We all have a lot of stresses and difficult situations to process these days. Just within the past year, we have witnessed politicians behave less than civilly, unfathomable terrorist activity in the United States and abroad, and highly successful people who are supposed to be role models being charged with unspeakable crimes and acts. All of these headlines are difficult for adults to fully comprehend, just imagine what our youth are thinking!

With the holiday season upon us, it is truly time to come together as family and within our communities to demonstrate to our youth what it means to be respectful, honorable, and civil human beings. People don’t often have the same beliefs, morals, or values…and that is what makes our country great. We need to show our children that just because we don’t agree about certain things, does not mean we cannot work together toward a common goal or be respectful of one another. This is vitally important for families that are raising children in separate or divorced homes. What a wonderful gift to give children that are sharing their time between two homes that their parents love them enough to put their differences aside to create a positive and wonderful holiday season!!!

Simply because two adults are not good partners or married persons, does not mean that those same individuals can’t be successful co-parents. It is important to differences aside and work together toward making this holiday season peaceful, harmonious, and wonderful for our children and families. Here are some ways to make that happen:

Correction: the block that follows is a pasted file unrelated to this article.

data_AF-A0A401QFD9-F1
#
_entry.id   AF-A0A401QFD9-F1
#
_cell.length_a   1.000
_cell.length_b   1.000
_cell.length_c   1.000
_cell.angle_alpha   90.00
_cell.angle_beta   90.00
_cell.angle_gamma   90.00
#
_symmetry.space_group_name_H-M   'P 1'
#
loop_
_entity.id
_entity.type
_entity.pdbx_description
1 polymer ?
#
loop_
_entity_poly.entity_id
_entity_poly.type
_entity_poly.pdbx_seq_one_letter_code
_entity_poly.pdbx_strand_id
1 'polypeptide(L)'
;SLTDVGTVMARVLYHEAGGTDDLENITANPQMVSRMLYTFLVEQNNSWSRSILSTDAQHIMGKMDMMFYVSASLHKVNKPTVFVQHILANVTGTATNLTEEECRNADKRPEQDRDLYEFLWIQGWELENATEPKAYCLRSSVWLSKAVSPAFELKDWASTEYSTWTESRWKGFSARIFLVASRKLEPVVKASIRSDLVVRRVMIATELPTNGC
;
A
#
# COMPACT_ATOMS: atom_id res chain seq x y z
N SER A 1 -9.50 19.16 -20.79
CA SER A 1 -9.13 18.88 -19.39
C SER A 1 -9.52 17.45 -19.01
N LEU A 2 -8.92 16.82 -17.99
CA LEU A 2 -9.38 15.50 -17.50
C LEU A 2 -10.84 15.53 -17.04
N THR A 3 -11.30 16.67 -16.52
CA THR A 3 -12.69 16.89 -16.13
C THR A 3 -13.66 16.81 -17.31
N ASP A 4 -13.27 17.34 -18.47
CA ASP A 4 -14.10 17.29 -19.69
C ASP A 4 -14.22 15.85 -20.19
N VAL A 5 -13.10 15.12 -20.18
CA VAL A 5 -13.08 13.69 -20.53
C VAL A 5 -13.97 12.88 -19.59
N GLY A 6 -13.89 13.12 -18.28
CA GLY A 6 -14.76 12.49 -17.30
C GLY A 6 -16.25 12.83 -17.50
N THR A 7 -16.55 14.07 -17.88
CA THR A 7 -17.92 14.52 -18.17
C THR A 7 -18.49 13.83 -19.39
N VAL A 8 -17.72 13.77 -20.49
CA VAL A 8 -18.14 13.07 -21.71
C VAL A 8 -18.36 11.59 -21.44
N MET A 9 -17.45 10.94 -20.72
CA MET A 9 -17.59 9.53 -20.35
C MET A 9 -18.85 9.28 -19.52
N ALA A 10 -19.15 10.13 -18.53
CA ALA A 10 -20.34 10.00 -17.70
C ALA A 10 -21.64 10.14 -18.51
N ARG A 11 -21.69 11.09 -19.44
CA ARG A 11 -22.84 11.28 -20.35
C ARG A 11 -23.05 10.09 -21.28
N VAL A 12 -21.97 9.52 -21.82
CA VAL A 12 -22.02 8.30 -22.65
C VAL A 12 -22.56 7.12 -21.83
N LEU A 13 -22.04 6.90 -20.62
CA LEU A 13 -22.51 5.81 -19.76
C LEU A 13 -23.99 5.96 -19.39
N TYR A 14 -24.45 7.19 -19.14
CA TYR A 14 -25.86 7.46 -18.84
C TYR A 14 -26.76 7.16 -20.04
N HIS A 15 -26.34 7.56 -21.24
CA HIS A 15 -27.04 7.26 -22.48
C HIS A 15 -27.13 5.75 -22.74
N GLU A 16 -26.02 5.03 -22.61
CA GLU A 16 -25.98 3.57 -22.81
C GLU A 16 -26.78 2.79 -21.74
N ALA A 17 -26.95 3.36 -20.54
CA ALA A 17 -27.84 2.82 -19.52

1) Be Flexible and Open Minded: Most often life and family schedules do not always conform with the Final Decree of Divorce that was signed by the Court a few years ago. If you can trust your child’s other parent to honor an agreement, and he/she has relatives from out of town that are coming in and leaving during your scheduled period of possession, work with them to allow your child the opportunity to see that relative (so long as it doesn’t interfere with your plans). Keep an open mind to switch days, or trade a weekend so that your child has the chance to make holiday memories with both families. Make sure to memorialize that agreement in writing and it has an electronic signature or actual autograph by both parents.

2) Communicate with the Other Parent: If possible, talk to your child’s other parent and coordinate gifts so that you don’t duplicate, and you are on the same page with the amount of money or type of gifts you are comfortable giving your child. Listen to one another and try to come to a consensus about, for example, whether or not an iPhone X is appropriate for your three-year-old (it’s not).

3) Focus on Giving: If appropriate, encourage your child to do something nice for the other parent. Encourage your child to make a nice card for the other parent, write a top ten list of the things that they like about them, and maybe offer one of those items. Your child is made up of fifty percent of you and fifty percent of the other parent, they need to hear that you are okay with them having a good relationship with that other parent.

4) Be Kind to Yourself: Co-parenting and sharing the holidays is not always easy. Be gentle to yourself and forgiving if it does not go exactly as planned. Take care of you in the process.

These are difficult times, but we as adults can behave in ways that model civility and kindness to our children. The holiday season is a great time to start or continue to co-parent in such a way.

Happy Holidays to You and Yours!

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The information contained in this article is general information only and does not constitute legal advice.